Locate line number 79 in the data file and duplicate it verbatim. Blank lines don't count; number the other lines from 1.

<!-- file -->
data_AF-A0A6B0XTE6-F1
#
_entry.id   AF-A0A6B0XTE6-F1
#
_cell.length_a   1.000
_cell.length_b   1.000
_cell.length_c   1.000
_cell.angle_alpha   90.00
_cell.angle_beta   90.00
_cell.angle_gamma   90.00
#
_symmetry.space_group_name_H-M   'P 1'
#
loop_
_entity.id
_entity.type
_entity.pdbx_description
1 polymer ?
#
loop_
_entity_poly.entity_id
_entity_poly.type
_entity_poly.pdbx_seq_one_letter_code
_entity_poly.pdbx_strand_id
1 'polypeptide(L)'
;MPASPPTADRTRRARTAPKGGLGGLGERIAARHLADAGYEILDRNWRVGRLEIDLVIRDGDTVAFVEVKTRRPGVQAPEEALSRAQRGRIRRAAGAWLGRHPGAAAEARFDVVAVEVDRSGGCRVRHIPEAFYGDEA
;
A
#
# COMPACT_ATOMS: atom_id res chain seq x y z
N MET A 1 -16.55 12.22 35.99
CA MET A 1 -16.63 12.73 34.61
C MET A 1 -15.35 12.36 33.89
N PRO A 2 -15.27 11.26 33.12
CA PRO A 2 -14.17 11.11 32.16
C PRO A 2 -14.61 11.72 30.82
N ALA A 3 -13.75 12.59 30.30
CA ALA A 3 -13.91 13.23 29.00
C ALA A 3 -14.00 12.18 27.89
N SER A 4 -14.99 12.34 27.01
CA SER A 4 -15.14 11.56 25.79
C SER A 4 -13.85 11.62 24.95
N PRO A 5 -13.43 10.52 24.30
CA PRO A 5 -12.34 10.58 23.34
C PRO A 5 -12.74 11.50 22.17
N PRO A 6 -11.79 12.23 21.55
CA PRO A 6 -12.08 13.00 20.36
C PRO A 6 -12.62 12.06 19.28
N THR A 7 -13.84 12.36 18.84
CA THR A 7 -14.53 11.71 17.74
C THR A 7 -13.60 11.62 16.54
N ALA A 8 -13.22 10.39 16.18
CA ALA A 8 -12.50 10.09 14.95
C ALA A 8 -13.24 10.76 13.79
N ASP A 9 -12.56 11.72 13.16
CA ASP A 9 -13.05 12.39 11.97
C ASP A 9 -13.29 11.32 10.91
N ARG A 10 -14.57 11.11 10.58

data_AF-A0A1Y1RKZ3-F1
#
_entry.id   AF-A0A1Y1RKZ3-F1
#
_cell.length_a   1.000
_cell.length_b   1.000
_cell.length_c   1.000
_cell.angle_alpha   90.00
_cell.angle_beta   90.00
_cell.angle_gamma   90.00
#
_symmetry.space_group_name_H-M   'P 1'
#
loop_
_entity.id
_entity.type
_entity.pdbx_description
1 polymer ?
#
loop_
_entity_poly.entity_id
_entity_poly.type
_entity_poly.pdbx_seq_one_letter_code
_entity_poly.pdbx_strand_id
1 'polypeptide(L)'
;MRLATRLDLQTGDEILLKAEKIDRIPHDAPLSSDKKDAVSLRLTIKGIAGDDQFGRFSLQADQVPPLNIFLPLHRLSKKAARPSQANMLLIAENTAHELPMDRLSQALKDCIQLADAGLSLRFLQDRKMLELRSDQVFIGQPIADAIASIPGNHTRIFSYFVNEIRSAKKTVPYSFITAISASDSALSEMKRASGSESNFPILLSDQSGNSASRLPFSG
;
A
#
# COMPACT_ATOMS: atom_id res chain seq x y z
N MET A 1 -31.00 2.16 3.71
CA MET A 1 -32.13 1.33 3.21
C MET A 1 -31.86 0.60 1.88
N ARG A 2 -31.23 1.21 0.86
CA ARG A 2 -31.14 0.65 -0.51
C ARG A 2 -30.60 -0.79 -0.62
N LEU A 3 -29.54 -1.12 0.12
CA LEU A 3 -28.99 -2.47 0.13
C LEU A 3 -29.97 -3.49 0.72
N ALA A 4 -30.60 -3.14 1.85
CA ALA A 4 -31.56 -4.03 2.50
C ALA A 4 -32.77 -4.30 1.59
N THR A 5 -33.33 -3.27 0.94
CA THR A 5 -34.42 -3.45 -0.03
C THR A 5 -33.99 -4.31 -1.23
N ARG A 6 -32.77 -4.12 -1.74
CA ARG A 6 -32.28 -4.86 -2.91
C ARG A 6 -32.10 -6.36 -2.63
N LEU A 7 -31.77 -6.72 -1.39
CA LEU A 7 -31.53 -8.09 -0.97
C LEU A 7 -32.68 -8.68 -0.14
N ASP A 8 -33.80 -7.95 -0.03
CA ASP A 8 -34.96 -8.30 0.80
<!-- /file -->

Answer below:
_entity_poly.entity_id